Sophomores chosen for Alumnae STEM scholarship

Amy Whyte, Assistant Campus Editor

Four students studying STEM fields were selected to receive an annual scholarship from The Alumnae of Northwestern University, the volunteer organization announced Wednesday.

The scholarship, awarded each year to female sophomores who are studying science, technology, engineering or math, is intended to free students from work-study obligations so that they will have more time to pursue their chosen area of study and other university endeavors. This year’s scholarship recipients are McCormick sophomores Wendy Gao and Alexandra Salomon, Weinberg sophomore Jennifer Li and Communication sophomore Christina Spaeth.

“Our members are proud to support these four outstanding students who are pursuing STEM careers in such diverse fields as industrial engineering and speech-language pathology,” Dee Hanlon, president of The Alumnae of Northwestern University, said in a news release. “By awarding these scholarships, we hope each of these young women will have more time to devote to her research and to actively participate in campus life.”

Salomon, a biomedical engineering major, told The Daily being chosen for the scholarship was “inspirational and motivating.”

“It’s nice to be recognized and to have someone behind me and know that they want me to do well,” she said.

Salomon said that with the scholarship, she was able to completely eliminate her previous work-study obligation. She said she hopes to spend the extra free time working on engineering projects but also plans to have some fun.

“I think the scholarship wants you to be able to have the whole entire experience and not necessarily be working all the time,” she said.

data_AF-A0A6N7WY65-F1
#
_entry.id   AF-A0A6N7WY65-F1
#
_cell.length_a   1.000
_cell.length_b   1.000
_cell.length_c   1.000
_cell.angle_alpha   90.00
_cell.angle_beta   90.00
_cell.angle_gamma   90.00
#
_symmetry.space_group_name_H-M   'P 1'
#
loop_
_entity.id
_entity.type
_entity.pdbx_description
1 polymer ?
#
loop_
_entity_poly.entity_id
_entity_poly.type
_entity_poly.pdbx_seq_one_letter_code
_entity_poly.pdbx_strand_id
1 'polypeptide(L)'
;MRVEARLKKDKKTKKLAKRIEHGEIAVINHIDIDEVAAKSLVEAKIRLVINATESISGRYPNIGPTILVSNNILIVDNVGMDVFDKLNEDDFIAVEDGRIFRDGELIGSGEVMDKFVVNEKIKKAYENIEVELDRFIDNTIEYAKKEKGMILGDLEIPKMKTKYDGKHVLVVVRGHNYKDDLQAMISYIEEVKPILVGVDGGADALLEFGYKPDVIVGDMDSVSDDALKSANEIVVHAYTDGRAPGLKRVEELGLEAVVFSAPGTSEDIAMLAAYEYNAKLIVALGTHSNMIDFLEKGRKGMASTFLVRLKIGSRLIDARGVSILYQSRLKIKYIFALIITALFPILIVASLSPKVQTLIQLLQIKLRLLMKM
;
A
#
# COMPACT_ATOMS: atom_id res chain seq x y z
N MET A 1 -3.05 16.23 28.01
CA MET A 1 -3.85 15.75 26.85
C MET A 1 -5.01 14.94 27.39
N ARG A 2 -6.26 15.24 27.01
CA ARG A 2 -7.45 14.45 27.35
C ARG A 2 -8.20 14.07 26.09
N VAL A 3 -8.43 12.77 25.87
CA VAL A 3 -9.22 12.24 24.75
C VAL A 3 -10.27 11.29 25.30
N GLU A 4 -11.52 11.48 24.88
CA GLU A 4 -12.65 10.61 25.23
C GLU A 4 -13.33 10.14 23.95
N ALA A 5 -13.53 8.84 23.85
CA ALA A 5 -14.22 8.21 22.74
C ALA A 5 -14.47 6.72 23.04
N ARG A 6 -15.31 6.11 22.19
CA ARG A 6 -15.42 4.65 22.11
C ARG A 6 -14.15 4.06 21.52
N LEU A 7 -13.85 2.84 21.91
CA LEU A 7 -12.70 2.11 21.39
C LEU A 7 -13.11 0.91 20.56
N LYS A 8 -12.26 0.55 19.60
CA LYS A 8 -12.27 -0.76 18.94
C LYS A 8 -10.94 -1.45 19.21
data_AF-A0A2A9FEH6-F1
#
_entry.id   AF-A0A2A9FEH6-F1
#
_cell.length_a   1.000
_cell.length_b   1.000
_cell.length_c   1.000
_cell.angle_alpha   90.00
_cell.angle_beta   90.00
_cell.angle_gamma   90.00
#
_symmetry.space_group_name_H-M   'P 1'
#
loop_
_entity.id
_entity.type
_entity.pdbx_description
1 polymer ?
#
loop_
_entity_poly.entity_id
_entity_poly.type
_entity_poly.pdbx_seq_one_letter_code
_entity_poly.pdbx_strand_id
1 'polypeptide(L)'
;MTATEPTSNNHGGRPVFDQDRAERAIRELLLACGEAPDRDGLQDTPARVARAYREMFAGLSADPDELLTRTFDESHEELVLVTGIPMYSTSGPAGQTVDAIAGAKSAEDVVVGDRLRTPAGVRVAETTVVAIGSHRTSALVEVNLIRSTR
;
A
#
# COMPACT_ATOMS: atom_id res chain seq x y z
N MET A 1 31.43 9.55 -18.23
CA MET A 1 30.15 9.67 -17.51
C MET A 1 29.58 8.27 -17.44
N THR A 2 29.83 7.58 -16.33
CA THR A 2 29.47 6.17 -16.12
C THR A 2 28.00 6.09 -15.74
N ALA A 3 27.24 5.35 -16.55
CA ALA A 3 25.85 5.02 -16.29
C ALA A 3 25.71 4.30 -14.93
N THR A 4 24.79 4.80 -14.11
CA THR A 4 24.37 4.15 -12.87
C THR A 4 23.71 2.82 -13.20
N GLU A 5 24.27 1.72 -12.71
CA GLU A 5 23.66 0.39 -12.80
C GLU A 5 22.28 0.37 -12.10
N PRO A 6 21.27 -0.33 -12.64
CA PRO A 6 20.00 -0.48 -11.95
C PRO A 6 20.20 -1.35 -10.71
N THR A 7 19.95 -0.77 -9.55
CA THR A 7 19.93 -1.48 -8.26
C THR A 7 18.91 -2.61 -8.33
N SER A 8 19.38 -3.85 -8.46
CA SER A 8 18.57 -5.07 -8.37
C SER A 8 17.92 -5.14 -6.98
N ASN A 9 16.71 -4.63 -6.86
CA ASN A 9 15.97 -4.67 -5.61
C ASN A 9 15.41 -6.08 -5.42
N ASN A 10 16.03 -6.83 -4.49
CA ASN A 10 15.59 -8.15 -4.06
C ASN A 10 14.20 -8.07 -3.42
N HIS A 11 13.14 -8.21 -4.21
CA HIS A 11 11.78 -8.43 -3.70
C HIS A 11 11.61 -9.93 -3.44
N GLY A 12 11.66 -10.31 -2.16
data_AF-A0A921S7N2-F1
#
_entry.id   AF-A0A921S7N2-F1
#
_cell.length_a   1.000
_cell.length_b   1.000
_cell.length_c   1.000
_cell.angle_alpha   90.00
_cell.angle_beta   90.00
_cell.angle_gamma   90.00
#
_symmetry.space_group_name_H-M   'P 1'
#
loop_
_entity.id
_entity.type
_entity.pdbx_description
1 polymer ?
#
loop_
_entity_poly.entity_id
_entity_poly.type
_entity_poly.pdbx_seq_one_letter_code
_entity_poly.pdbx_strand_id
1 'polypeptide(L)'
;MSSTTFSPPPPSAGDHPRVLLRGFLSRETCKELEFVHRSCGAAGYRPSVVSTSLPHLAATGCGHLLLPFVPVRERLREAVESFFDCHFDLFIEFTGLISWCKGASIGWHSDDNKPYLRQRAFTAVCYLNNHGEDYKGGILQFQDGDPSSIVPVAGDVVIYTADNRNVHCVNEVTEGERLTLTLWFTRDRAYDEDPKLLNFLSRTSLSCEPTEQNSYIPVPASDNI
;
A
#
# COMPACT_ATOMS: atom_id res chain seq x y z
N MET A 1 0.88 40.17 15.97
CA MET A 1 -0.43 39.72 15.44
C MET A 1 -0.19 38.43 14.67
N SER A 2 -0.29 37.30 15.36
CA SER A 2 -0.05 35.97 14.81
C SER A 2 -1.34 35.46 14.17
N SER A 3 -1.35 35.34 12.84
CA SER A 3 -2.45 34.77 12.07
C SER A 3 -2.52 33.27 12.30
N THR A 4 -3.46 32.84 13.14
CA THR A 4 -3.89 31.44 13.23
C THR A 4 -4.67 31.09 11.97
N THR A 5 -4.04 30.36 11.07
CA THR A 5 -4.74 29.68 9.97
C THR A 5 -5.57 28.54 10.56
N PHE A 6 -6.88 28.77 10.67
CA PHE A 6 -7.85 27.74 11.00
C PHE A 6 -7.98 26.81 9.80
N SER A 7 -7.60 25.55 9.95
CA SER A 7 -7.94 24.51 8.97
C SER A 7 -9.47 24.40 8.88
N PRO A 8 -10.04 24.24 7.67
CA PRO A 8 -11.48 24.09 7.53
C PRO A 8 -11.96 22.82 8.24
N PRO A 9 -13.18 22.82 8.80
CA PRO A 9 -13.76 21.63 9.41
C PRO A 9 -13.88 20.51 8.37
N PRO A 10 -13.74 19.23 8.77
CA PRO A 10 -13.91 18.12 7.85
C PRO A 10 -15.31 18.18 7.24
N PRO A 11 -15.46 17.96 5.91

Gao, who is studying industrial engineering, said she also was able to use the scholarship to reduce her work-study commitment and instead spend more time doing unpaid research in a lab.

“It’s an opportunity to lower your stress a bit,” Gao said.

The other two recipients, Li and Spaeth, said that although they were choosing to keep their work-study jobs, the scholarship still helped with the payment of their tuition and fees. Li said she was able to work with the financial aid office to use the scholarship to reduce her federal loans.

Li said she thinks the scholarship is a good program because it encourages women who are pursuing typically male-dominated careers.

“Percentage-wise it doesn’t seem like much of a difference, but you step into a classroom and you’re one of three or one of four girls out of a thirty, forty person class,” she said. “It gives us the resources to do our absolute best.”

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